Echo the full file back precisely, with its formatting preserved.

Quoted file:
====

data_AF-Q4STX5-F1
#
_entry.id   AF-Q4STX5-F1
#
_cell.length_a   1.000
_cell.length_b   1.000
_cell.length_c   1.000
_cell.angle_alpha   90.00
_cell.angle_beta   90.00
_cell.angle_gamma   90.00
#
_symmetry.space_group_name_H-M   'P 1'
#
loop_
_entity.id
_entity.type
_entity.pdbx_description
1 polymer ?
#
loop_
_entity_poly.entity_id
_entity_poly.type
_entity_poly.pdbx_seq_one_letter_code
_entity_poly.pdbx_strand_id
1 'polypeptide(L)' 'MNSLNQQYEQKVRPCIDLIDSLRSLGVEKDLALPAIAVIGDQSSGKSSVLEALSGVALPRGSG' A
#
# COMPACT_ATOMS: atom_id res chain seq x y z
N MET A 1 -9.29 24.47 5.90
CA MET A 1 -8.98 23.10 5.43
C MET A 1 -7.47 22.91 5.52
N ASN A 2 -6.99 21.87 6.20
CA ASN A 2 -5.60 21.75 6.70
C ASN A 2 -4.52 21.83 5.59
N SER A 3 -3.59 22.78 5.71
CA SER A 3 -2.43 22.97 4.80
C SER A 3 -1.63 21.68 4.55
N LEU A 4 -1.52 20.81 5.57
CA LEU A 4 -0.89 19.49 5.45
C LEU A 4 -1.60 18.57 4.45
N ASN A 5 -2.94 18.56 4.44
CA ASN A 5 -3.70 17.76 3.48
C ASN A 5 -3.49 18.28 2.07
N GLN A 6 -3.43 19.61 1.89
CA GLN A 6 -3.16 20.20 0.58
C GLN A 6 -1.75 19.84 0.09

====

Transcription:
data_AF-Q4STX5-F1
#
_entry.id   AF-Q4STX5-F1
#
_cell.length_a   1.000
_cell.length_b   1.000
_cell.length_c   1.000
_cell.angle_alpha   90.00
_cell.angle_beta   90.00
_cell.angle_gamma   90.00
#
_symmetry.space_group_name_H-M   'P 1'
#
loop_
_entity.id
_entity.type
_entity.pdbx_description
1 polymer ?
#
loop_
_entity_poly.entity_id
_entity_poly.type
_entity_poly.pdbx_seq_one_letter_code
_entity_poly.pdbx_strand_id
1 'polypeptide(L)' 'MNSLNQQYEQKVRPCIDLIDSLRSLGVEKDLALPAIAVIGDQSSGKSSVLEALSGVALPRGSG' A
#
# COMPACT_ATOMS: atom_id res chain seq x y z
N MET A 1 -9.29 24.47 5.90
CA MET A 1 -8.98 23.10 5.43
C MET A 1 -7.47 22.91 5.52
N ASN A 2 -6.99 21.87 6.20
CA ASN A 2 -5.60 21.75 6.70
C ASN A 2 -4.52 21.83 5.59
N SER A 3 -3.59 22.78 5.71
CA SER A 3 -2.43 22.97 4.80
C SER A 3 -1.63 21.68 4.55
N LEU A 4 -1.52 20.81 5.57
CA LEU A 4 -0.89 19.49 5.45
C LEU A 4 -1.60 18.57 4.45
N ASN A 5 -2.94 18.56 4.44
CA ASN A 5 -3.70 17.76 3.48
C ASN A 5 -3.49 18.28 2.07
N GLN A 6 -3.43 19.61 1.89
CA GLN A 6 -3.16 20.20 0.58
C GLN A 6 -1.75 19.84 0.09